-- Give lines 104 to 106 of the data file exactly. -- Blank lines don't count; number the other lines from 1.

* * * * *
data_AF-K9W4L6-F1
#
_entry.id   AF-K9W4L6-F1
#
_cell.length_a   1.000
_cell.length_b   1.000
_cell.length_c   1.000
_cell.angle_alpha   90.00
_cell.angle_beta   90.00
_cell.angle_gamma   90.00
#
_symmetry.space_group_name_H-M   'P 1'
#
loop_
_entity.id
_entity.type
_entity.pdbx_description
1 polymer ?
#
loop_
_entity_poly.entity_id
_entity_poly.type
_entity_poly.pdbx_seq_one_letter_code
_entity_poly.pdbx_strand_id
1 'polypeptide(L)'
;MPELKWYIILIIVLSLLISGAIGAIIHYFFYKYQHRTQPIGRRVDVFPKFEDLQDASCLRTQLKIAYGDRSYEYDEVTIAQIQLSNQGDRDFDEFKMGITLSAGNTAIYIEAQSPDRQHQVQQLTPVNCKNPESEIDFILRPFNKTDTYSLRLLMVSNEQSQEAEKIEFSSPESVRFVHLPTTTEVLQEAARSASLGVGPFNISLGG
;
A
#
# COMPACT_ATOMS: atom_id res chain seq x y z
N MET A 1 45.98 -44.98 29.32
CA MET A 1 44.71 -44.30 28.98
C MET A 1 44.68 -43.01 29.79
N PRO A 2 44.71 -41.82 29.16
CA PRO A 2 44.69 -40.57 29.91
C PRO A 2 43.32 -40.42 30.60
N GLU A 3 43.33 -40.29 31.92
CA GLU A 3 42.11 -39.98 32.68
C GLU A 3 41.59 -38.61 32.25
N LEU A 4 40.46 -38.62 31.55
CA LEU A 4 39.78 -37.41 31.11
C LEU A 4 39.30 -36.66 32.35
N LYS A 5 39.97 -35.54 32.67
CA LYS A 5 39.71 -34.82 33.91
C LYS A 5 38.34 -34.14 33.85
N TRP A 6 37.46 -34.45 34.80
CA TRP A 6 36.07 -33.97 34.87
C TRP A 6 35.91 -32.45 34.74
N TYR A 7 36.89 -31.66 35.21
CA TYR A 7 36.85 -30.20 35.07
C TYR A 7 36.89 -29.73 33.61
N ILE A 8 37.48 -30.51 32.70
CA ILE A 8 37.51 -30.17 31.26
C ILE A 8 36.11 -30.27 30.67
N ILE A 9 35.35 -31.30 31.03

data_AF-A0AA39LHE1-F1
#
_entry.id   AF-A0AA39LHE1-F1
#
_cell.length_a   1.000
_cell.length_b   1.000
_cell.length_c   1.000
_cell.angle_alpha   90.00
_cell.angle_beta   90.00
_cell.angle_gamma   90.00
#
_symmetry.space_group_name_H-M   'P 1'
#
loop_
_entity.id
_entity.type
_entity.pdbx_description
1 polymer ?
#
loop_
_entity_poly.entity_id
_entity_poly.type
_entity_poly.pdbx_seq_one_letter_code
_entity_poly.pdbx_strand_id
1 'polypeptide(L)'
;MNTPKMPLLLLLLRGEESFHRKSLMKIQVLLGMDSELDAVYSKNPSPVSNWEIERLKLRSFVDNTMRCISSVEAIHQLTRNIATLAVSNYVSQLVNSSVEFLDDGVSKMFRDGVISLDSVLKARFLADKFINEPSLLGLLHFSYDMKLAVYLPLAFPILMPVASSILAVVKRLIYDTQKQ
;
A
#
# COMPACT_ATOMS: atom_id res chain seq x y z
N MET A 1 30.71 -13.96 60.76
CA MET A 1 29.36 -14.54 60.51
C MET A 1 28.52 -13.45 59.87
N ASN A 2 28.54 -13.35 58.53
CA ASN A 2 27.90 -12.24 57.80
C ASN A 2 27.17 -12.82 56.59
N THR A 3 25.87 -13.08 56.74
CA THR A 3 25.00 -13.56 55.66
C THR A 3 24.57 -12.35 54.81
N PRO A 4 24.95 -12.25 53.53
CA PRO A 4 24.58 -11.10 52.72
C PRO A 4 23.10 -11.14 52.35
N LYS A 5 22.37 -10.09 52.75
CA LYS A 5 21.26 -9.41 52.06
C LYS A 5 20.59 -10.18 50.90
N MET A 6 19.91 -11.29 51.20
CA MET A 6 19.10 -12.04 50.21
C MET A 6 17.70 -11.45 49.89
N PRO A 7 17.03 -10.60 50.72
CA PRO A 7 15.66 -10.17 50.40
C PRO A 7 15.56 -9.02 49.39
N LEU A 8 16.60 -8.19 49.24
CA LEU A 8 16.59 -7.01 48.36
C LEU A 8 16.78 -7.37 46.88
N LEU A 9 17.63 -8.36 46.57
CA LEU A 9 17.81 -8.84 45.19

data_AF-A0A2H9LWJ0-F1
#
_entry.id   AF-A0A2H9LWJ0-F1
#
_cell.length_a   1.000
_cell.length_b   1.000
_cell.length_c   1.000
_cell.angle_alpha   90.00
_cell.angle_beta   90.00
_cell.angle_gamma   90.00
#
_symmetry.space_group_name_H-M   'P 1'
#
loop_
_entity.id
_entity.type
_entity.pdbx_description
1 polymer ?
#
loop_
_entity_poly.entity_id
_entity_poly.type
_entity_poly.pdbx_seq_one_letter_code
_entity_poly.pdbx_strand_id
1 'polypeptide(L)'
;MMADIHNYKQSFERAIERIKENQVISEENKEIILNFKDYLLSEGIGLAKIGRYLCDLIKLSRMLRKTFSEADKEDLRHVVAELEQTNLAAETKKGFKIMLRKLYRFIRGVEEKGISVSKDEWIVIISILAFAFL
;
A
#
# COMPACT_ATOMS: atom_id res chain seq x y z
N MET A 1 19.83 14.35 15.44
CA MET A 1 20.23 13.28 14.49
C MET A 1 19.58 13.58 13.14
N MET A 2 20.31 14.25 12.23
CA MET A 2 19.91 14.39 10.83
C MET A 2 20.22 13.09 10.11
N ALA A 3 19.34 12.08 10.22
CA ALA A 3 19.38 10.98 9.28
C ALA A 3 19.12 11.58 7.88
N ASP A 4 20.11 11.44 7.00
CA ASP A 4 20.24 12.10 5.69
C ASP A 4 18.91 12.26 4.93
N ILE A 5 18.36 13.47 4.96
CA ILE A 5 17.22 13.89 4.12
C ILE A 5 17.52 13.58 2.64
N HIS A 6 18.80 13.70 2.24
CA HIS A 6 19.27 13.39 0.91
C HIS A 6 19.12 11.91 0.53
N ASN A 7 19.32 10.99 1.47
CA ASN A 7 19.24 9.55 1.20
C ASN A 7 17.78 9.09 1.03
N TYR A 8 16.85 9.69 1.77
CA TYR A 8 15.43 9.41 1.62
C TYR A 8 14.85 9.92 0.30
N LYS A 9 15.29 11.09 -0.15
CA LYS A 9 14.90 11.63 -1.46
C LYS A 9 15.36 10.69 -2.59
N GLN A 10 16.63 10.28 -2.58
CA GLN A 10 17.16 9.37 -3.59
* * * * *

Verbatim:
N PRO A 7 17.03 -10.60 50.72
CA PRO A 7 15.66 -10.17 50.40
C PRO A 7 15.56 -9.02 49.39